“The sound doesn’t have to be clear, but it has to be interesting,” Geir Jenssen, aka Biosphere, once told me about field recording. The recording in the Grjótagjá lava cave is – I hope – not necessarily clean, but interesting. There was almost absolute silence in the grotto, so I recorded a minute… on hold. The gentle hum of water and surroundings mixed with the noise generated by the recording device itself.

Grjótagjá is located near Lake Mývatn, in a very active geothermal area. The blue water inside the cave is hot – the temperature sometimes exceeds 50 ° C during volcanic eruptions. Lava caves, of which there are over 700 in Iceland, were often used as shelters – travelers, farmers, but also criminals escaping from the justice system (which formerly operated in Iceland as in the Wild West, I will write more about it on another occasion). This was the case with Jón Markússon, who lived and bathed in the grotto in the eighteenth century.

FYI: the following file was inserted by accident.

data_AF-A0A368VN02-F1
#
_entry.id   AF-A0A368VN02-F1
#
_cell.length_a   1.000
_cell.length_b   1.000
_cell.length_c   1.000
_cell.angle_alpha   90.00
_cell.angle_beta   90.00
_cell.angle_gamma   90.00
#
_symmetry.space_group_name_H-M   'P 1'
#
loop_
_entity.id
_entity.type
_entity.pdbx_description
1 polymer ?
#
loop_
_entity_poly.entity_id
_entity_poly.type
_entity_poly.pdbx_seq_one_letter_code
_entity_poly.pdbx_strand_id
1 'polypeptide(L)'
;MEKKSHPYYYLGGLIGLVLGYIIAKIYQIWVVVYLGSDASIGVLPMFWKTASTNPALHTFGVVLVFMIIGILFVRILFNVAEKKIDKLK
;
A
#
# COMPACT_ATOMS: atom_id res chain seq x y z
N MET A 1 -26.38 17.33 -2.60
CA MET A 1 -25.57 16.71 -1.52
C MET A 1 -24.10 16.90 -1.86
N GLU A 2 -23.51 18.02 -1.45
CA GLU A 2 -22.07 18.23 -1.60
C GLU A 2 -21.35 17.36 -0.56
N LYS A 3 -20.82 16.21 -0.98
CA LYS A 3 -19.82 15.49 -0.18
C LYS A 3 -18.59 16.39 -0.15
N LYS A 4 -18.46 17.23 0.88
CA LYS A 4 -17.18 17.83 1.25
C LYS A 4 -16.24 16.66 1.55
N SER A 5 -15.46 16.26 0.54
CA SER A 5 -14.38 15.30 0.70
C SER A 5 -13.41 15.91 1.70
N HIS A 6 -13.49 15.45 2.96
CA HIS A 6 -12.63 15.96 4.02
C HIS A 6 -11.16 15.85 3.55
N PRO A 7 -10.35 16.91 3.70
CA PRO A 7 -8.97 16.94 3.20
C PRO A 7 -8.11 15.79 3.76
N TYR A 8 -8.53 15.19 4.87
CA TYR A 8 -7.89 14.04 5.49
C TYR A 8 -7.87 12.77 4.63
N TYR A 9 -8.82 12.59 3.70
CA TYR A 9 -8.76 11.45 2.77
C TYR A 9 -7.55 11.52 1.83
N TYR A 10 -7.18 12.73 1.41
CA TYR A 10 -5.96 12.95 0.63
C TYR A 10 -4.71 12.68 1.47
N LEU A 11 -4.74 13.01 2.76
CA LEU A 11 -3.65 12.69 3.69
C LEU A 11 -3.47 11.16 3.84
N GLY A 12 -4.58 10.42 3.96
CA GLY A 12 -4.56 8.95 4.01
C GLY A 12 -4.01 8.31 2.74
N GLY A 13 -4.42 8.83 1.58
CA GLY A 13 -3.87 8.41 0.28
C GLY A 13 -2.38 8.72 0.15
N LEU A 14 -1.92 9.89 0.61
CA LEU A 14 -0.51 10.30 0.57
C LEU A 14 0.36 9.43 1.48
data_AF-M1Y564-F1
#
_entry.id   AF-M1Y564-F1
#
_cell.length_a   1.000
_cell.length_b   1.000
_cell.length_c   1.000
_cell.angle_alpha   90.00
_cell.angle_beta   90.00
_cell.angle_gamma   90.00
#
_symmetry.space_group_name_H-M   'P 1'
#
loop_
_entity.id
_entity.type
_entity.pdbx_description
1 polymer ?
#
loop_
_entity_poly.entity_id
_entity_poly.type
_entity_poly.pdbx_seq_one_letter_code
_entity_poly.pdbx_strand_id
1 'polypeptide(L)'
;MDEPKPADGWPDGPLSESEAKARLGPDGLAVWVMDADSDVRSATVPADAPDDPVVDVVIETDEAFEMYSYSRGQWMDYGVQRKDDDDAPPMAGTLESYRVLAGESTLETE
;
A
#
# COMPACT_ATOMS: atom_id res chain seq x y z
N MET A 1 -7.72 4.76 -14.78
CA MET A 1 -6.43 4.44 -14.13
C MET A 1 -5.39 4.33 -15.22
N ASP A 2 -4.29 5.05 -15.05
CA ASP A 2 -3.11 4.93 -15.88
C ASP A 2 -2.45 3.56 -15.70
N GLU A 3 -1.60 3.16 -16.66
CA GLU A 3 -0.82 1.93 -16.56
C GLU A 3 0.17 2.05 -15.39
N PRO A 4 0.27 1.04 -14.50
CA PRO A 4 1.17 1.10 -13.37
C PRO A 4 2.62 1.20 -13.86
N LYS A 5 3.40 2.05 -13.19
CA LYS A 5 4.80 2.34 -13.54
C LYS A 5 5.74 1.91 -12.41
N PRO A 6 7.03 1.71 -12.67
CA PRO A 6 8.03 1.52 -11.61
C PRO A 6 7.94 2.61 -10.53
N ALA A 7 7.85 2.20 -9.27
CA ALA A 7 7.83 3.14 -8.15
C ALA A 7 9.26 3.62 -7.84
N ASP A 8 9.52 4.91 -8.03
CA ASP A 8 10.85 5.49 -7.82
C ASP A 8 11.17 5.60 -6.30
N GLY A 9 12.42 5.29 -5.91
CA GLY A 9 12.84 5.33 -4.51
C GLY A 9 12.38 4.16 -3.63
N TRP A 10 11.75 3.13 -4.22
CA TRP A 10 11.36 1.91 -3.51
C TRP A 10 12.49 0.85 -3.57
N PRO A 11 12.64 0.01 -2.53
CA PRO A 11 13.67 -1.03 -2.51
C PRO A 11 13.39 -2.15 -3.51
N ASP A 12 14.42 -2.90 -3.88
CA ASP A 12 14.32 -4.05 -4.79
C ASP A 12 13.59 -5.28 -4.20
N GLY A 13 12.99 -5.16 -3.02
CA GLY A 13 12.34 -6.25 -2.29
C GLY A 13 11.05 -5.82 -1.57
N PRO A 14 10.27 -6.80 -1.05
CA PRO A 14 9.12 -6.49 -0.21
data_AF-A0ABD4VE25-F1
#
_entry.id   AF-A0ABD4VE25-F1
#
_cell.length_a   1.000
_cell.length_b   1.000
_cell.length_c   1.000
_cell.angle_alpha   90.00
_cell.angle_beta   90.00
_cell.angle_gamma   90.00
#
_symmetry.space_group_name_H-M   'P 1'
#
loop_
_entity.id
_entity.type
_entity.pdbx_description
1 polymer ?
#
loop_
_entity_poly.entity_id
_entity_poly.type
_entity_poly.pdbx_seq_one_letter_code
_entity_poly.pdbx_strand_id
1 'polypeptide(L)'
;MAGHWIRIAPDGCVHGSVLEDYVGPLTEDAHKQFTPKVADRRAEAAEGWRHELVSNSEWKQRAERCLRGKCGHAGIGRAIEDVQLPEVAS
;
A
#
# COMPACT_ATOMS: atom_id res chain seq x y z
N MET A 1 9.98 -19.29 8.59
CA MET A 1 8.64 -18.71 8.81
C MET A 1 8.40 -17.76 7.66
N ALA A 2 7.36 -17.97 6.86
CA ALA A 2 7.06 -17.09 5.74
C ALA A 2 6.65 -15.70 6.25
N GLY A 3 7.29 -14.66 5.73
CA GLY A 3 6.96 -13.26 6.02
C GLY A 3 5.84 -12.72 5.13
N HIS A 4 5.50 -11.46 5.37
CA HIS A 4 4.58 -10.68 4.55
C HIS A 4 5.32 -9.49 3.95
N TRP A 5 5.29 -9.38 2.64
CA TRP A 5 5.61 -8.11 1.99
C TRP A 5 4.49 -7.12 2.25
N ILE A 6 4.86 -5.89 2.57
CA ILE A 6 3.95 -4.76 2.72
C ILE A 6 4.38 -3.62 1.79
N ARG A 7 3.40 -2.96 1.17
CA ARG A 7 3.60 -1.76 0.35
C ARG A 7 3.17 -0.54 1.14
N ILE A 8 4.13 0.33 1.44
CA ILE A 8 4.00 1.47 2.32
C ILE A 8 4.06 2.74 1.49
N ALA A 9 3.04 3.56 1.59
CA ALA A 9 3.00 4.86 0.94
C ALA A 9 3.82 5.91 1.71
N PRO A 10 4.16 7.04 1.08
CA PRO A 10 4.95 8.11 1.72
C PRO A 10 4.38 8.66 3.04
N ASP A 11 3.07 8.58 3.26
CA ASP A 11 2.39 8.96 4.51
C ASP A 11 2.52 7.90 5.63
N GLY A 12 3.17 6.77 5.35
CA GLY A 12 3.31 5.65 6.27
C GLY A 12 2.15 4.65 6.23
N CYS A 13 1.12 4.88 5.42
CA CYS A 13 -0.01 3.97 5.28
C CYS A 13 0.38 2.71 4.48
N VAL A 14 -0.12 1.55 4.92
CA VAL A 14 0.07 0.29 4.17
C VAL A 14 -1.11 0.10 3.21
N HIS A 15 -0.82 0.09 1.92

Due to the contamination of the cave by tourists visiting it (who, despite the clear ban on bathing, often swam in the cave, brushed their teeth and defecated!), The cave was closed in 2018. Today it is open again, it remains to count on wiser behavior of tourists.

See also:  Bláa Lónið - Blue Lagoon

This place is known to fans of “Game of Thrones”. A love scene with Ygrytte and Jon Snow was filmed in Grjótagjá.

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